Sydney J. Van Scyoc’s 1976 Starmother is a standalone science fiction novel.
Cadet Jahna Swiss, of the Peace Service Corps, is astounded when she is pulled from her classes and dispatched to spend two years on Nedling, where she is to tend mutant children. Playing nanny falls well outside the traditional duties of the Peace Service.
Her first impression of Nedling is not promising.
Seemingly habitable worlds are a dime a dozen. The humourless religious fanatics who settled Nedling two hundred years previous have had the world to themselves, at least as far as other colonists from Earth go. It seems that they haven’t mellowed over that time. As Jahna realizes when she meets colony patriarch Humble Nodd, who dismisses Jahna as a tainted harlot, one of the irredeemable sinners from whom Nodd’s ancestors had fled.
Two years with the Fathers would be intolerable. Luckily for Jahna, the Fathers have no intention of allowing Jahna to sully the grim purity of Huttown. She is hustled off to Pengalen. Pengalen was an insane asylum, built to shelter those colonists whose minds snapped under the pressures of settling an alien world. Now it is a refuge for mutants that the Fathers of Huttown have cast out.
There is, it seems, a second community on Hedling, one that the Fathers have never mentioned to the other human worlds of the galaxy. The Father loath their neighbours. Nevertheless, they relayed a request from that community for Jahna’s services, while withholding important need-to-know information from the Corps.
Let’s back up a bit for some background info. When humanity settled alien worlds it discovered that one of the costs was an uptick in human mutations. The causes vary from world to world but the results are much the same: many offspring who differ from their parents. Most mutations are deleterious; some mutations are useful. If not obvious, these tend to spread with time.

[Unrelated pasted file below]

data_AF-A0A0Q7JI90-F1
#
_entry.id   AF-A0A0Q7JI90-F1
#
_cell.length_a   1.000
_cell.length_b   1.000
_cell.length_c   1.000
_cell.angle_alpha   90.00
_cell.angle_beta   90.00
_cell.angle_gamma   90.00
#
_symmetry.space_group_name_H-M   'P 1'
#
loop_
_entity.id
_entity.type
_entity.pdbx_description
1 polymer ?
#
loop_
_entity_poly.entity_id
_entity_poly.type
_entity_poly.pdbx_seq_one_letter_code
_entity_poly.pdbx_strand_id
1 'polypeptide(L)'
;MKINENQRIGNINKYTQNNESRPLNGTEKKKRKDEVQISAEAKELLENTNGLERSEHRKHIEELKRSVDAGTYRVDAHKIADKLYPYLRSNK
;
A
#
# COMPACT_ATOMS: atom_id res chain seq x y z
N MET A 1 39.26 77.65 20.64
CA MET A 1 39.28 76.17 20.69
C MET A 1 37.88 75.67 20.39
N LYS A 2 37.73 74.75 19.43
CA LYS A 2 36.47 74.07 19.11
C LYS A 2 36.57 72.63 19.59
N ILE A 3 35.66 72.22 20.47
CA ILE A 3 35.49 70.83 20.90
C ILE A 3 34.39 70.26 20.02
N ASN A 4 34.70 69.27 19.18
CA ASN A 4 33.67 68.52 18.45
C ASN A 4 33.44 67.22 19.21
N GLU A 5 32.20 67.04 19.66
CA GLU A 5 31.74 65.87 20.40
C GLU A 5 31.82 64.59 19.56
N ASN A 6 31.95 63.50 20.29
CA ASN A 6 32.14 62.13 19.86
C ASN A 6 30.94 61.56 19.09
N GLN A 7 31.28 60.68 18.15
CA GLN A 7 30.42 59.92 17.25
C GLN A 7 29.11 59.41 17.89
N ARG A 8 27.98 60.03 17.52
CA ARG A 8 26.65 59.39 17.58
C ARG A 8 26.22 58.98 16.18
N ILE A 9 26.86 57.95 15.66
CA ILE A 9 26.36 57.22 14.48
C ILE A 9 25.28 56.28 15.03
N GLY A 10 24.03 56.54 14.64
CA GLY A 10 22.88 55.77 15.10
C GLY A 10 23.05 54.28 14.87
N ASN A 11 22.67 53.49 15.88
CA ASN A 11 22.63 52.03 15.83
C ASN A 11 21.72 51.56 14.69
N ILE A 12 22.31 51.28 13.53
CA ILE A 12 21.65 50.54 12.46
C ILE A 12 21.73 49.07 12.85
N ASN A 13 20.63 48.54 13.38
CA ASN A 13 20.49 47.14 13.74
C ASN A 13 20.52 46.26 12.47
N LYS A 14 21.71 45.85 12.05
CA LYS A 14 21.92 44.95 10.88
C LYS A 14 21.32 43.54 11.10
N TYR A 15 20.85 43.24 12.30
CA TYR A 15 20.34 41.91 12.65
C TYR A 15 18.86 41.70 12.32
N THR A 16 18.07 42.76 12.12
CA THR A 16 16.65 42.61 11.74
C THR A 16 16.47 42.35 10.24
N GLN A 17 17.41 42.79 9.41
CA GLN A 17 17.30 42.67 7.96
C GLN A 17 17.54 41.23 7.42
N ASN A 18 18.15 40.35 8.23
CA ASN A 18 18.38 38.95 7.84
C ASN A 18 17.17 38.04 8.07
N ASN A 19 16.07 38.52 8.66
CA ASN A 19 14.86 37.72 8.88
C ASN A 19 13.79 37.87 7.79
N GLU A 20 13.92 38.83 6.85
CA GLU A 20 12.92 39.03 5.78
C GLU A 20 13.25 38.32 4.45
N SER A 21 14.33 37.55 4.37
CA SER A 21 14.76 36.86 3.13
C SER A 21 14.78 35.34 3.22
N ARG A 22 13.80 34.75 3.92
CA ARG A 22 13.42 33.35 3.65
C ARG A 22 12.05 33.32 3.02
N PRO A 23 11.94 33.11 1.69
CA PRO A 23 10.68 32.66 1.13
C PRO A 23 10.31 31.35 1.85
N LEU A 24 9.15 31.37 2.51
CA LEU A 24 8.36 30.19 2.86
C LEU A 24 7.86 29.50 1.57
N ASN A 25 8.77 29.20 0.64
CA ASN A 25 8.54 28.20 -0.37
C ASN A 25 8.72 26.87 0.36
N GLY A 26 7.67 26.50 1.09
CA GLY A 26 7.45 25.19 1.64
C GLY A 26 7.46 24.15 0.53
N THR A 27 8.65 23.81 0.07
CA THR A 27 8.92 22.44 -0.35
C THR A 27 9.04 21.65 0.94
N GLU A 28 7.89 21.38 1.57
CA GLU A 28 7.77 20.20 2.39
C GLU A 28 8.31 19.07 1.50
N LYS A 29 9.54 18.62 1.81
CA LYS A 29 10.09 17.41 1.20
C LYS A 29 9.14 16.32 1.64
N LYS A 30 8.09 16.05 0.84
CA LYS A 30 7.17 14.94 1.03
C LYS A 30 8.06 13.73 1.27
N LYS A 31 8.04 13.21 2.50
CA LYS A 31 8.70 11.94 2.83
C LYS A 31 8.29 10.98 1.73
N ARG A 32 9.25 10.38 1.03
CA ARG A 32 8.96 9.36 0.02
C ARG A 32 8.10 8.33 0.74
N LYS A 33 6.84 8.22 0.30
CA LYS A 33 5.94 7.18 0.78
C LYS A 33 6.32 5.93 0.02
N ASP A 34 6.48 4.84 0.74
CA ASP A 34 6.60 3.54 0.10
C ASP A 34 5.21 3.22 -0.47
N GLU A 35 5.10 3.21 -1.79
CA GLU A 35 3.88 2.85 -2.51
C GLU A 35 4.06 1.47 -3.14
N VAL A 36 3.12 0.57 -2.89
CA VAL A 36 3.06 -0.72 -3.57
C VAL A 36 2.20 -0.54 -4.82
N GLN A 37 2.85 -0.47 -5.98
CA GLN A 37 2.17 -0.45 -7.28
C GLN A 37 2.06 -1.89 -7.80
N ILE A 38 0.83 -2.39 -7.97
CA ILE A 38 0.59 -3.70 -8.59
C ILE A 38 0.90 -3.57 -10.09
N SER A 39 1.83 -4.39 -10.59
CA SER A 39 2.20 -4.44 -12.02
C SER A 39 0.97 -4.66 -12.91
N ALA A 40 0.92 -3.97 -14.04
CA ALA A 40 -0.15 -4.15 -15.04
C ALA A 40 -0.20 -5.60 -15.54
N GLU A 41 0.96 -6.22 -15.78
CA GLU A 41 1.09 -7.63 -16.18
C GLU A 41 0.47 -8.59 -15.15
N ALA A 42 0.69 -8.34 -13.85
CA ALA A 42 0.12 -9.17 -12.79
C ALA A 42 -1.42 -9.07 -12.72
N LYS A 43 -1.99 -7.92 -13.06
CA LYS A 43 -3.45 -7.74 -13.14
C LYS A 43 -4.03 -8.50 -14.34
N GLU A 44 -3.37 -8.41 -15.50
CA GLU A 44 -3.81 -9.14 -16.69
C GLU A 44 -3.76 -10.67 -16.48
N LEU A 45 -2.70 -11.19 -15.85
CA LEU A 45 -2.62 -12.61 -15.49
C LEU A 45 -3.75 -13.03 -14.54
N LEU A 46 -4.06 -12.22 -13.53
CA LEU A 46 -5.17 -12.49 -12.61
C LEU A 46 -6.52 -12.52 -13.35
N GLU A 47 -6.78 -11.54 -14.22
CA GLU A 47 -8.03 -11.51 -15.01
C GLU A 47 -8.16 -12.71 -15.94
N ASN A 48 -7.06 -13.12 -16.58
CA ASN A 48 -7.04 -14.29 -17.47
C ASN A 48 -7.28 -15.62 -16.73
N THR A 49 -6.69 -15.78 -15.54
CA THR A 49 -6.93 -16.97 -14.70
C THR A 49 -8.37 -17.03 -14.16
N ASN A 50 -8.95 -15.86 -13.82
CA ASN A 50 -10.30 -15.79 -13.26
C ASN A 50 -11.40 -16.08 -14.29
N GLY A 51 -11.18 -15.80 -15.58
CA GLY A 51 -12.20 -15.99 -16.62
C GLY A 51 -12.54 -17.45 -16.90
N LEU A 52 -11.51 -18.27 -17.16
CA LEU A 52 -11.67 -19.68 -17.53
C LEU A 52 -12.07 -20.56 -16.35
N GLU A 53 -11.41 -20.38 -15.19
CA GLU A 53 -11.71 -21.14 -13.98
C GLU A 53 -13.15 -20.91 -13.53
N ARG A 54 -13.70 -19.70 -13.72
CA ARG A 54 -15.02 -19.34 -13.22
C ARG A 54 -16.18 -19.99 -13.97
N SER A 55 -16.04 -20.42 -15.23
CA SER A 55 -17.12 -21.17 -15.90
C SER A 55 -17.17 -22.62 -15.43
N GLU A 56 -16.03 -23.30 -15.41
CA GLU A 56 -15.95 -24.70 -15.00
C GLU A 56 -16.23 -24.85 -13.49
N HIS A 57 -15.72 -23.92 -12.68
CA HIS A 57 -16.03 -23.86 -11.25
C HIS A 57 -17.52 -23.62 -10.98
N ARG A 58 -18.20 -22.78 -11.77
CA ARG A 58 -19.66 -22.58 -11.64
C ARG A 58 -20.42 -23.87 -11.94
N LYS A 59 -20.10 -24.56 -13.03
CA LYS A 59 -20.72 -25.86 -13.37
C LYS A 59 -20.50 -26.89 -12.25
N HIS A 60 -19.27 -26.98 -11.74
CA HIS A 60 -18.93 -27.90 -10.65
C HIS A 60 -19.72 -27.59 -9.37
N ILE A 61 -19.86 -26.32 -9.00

It doesn’t at first seem that this will be the case on Nedling. The Fathers treasure purity. Mutant farm animals are killed; mutated crop species are uprooted and incinerated (even if they are better adapted to local conditions) or shunned. Clearly mutant babies are abandoned in the forests (presumably to die there) and their mothers are sanctioned. The mothers must be spiritually tainted if they can bear tainted offspring!
But … some babies were rescued by the native Dirads; the survivors form their own culture and take over Pengalen. Now there are two communities on Nedling: Huttown and the lands beyond Pengalen.
All communications with the Peace Service Corps are funneled through Huttown; they are censored. Jahna arrives knowing that she’s needed, but not where or by who. It’s a surprise to her when she’s sent to Pengalen.
What she finds: the mutations on Hedling aren’t random. Baby by baby, humanity is being reshaped into something new . What is causing this she doesn’t know. What she does see is a clear need. Helping others is what she signed up to do.
People familiar with Disco Era SF and its often reductive, reproduction-centred view of female roles may be expecting the book to head in a fairly unsavoury direction where its attractive teen protagonist is concerned. Particularly since the plot is about shaping a New Race. This does not happen. The mutants need Jahna as a literal role model, not for any, uh, physically intimate purpose.
That said, various characters do toy with the notion of murdering her, which is less than ideal from her perspective.
While my synopsis may make Huttown’s culture sound unpleasant, I assure you that I haven’t given you enough detail to understand just how bad it is. Huttown colonists exist in a state of constant borderline famine and institutionalized abuse. The Fathers have managed to make life on an alien world more miserable than necessary. The people out in the woods have their own problems, but at least they aren’t needlessly starving.
Because Jahna is a cadet and not a trained biologist, precisely what is driving the directed alterations remains unclear. Presumably, Peace Corps training teaches cadets how to avoid panic, because Jahna is nowhere near as alarmed by what’s happening to the mutants as she might be. Indeed, the speed at which she embraces the role intended for her (as teacher and role model, nothing else) is startling. (It helps that books of this vintage were short, facilitating quick decisions on the part of the protagonists.)
The overall impression is of a kind of anti-Lovecraft SF tale. Humans discover enigmatic, eldritch forces working on them in very disturbing ways and are pretty cool with it.
As far as I can tell, Starmother is out of print.
1: This process is by no means perfect and the survival rate is well short of one hundred percent.